These four paragraphs from a Financial Times story is all that's posted in the clear in this GATA release from yesterday---and you need a subscription to read the rest.
E.U. countries have decided to uphold Russia sanctions for now, despite a “weakening appetite” for the measures.
The E.U. foreign service on Tuesday (30 September) said that “while encouraging developments have been registered in the political process and in the implementation of some aspects of the Minsk protocol, relevant parts of the same protocol will need to be properly implemented” before sanctions are lifted.
It added that if things go well, the E.U. will in future consider proposals “to amend, suspend or repeal the set of sanctions in force, in all or in part”.
The communiqué was published after a debate by E.U. countries’ ambassadors in Brussels.
This news item, filed from Brussels, appeared on the euobserver.com Internet site at 9:49 a.m. Europe time yesterday---and I thank Roy Stephens for sending it.
At least nine people were killed and 30 others injured in Donetsk after a school and a bus stop came under fire, reportedly from Ukrainian army positions.
Three people died at the school and six others were killed at the bus stop, Donetsk City Council said in a statement on its website.
No children were killed in the shelling of school №57 on Wednesday, but the debris from the blast left two parents and a biology teacher dead.
The city council earlier stated that all 70 children studying at the school were in the building at the moment of the strike. They were hastily evacuated. The school building was damaged in the attack.
This story appeared on the Russia Today website at 8:26 a.m. Moscow time on their Wednesday morning---and it's also courtesy of Roy Stephens.
At a meeting with Russia's Security Council, President Vladimir Putin has said the problem of the country’s 'informational space' security is of top priority, but assured the state has no intentions of limiting access to the web.
"We do not intend to limit access to the web, put it under total control, make the internet more governmentalized. We will not limit legal interests and possibilities of people, non-governmental organizations and businesses in the informational sphere," Putin said at the meeting on Wednesday.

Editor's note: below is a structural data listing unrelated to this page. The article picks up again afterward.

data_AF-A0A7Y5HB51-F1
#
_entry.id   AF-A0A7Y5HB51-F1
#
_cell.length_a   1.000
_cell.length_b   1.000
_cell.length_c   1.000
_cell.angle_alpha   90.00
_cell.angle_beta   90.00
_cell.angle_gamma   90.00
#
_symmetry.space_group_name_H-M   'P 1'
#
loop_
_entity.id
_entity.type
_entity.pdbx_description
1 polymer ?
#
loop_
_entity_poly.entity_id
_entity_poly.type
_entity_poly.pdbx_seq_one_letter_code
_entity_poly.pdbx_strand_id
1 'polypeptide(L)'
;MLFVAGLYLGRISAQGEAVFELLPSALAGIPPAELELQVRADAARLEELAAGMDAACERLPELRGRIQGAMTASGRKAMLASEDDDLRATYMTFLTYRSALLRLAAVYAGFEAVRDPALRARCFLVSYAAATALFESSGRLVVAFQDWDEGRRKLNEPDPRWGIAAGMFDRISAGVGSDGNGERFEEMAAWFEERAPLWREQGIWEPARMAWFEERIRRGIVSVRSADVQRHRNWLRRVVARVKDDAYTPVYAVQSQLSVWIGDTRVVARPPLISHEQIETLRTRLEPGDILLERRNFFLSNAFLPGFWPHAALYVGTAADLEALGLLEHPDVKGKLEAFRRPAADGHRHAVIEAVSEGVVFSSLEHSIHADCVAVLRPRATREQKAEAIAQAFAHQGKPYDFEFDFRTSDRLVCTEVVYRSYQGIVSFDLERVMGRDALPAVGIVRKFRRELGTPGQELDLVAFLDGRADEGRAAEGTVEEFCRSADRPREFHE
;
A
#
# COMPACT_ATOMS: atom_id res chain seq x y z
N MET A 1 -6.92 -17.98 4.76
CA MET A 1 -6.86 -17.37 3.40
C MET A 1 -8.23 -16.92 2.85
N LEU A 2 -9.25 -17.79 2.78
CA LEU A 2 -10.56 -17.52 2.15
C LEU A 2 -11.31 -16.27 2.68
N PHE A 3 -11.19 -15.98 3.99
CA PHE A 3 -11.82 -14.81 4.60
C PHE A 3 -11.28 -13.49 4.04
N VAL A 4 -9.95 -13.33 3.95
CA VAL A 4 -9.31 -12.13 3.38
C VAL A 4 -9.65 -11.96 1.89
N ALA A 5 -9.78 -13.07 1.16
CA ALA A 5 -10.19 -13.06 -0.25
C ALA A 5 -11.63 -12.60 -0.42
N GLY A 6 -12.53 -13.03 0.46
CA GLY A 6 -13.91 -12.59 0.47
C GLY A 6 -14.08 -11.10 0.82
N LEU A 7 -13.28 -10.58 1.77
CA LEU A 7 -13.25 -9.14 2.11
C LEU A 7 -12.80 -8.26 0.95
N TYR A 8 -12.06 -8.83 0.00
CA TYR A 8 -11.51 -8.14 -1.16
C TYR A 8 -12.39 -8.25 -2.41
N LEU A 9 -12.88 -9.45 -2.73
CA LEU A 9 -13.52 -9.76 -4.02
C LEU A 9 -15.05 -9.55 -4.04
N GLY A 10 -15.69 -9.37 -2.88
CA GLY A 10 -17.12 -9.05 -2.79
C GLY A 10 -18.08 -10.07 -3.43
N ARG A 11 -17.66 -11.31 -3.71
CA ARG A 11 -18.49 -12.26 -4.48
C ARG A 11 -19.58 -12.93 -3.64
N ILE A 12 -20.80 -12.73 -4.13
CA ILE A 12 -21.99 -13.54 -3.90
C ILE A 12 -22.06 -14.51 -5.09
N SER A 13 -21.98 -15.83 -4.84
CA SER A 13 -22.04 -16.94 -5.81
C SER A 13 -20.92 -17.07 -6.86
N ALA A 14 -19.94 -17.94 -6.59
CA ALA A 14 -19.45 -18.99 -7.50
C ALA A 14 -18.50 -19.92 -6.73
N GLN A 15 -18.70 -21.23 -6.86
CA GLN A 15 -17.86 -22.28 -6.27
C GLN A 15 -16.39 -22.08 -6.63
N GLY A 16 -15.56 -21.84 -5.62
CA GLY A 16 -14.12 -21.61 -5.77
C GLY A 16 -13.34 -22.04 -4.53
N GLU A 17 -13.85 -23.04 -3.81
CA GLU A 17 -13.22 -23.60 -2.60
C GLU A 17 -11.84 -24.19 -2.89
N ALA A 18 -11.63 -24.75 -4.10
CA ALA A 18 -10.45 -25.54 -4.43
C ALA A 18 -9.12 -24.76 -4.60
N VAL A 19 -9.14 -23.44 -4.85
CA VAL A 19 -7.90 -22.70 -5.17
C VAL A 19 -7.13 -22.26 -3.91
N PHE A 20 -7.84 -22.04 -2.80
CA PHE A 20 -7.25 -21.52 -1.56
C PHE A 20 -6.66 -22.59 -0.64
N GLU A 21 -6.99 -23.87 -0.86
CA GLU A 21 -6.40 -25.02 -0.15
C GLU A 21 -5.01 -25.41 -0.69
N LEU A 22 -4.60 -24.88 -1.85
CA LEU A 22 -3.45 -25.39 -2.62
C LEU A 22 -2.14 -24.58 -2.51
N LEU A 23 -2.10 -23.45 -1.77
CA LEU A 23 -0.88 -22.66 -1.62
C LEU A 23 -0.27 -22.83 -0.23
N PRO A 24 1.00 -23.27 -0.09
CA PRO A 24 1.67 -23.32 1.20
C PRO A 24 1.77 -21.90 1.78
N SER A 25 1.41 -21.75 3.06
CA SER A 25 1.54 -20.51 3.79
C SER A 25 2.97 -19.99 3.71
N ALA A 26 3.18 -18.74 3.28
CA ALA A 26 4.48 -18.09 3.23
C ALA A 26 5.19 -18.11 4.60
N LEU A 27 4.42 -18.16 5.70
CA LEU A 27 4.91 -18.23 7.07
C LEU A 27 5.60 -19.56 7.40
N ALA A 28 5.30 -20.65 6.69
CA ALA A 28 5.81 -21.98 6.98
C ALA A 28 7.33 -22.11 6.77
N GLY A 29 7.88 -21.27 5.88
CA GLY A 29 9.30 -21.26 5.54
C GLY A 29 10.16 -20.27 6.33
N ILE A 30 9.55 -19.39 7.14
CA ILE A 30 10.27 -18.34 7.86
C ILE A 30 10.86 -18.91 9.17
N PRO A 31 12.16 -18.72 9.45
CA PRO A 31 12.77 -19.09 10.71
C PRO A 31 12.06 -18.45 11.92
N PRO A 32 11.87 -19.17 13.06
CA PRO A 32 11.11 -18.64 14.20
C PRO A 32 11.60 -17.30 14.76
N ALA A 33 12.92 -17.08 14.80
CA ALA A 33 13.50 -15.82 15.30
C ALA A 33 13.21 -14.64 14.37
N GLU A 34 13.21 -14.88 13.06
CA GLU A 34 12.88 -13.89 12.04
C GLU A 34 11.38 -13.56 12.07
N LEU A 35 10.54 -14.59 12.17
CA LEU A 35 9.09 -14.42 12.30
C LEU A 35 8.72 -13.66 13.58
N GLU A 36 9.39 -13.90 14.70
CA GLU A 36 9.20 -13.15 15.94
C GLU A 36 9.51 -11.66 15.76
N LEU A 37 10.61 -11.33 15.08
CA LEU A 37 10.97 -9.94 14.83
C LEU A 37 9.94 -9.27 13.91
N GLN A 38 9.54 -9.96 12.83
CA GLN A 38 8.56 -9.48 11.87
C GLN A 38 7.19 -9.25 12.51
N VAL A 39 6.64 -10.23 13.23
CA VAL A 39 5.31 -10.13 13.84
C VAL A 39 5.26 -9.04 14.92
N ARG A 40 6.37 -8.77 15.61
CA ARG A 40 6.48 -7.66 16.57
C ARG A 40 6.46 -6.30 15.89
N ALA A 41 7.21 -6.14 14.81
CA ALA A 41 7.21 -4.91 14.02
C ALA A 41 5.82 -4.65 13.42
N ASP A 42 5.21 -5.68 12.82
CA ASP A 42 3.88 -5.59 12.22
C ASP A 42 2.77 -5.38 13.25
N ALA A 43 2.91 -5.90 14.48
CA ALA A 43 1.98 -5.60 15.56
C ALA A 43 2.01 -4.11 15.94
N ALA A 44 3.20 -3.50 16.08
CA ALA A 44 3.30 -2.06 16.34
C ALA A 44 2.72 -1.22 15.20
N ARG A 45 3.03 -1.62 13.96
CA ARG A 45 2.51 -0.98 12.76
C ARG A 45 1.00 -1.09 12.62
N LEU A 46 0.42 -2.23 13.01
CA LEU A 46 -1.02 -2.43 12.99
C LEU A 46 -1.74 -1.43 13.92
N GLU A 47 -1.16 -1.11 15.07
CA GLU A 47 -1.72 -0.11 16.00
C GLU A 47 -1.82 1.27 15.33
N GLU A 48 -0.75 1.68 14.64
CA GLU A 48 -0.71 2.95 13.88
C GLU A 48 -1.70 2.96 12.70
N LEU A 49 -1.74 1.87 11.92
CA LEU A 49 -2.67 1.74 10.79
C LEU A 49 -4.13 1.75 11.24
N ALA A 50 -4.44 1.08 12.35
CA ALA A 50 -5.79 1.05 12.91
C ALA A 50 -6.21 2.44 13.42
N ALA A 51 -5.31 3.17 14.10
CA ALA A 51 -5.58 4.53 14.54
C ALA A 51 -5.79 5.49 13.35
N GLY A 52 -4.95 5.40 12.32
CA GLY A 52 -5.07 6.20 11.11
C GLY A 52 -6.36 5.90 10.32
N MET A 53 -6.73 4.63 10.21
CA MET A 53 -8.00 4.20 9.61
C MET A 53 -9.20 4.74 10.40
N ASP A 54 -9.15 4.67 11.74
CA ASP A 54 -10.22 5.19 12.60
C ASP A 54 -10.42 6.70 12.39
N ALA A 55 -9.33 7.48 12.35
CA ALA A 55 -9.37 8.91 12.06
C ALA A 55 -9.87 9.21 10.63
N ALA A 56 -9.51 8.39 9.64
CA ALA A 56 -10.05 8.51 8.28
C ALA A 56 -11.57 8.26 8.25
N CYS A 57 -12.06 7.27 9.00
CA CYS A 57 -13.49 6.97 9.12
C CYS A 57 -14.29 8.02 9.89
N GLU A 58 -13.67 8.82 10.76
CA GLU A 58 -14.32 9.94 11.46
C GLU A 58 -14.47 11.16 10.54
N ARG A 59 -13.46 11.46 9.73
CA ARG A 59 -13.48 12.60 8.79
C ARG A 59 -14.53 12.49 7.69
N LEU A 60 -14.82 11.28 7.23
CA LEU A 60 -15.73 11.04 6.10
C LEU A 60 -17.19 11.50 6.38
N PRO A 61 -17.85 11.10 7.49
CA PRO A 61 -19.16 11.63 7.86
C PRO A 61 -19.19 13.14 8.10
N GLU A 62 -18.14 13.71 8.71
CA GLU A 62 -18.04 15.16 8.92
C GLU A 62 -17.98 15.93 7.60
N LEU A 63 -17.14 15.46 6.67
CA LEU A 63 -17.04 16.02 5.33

He added that such "unreasonable" and "total" restrictions contradict the basic principles of democracy, including the freedom of press and civil rights of access to and distribution of information. He said the state was "not even considering" such measures.
This is another news item from the Russia Today website---and it, too, is courtesy of Roy Stephens.
Russia’s second biggest bank VTB has reduced its U.S. dollar lending, Andrey Kostin the bank’s head said on the sidelines of the Russia Calling! forum on Wednesday.
“In general, we are trying to avoid extending dollar loans in order to de-dollarize the economy. This is right. Many businesses prefer to borrow dollars not because they need them, but because the currency looks less expensive. But in doing so, they assume currency risks without having dollar incomes. And this is wrong,” TASS quotes Kostin as saying.
According to the VTB head, currency loans should be limited to importers or those who really need them.
Kostin has been advocating moving away from the dollar for a long time. In an interview published Tuesday in Russia’s Izvestia newspaper he envisioned the country being able to completely switch to the ruble in international settlements with two to three years.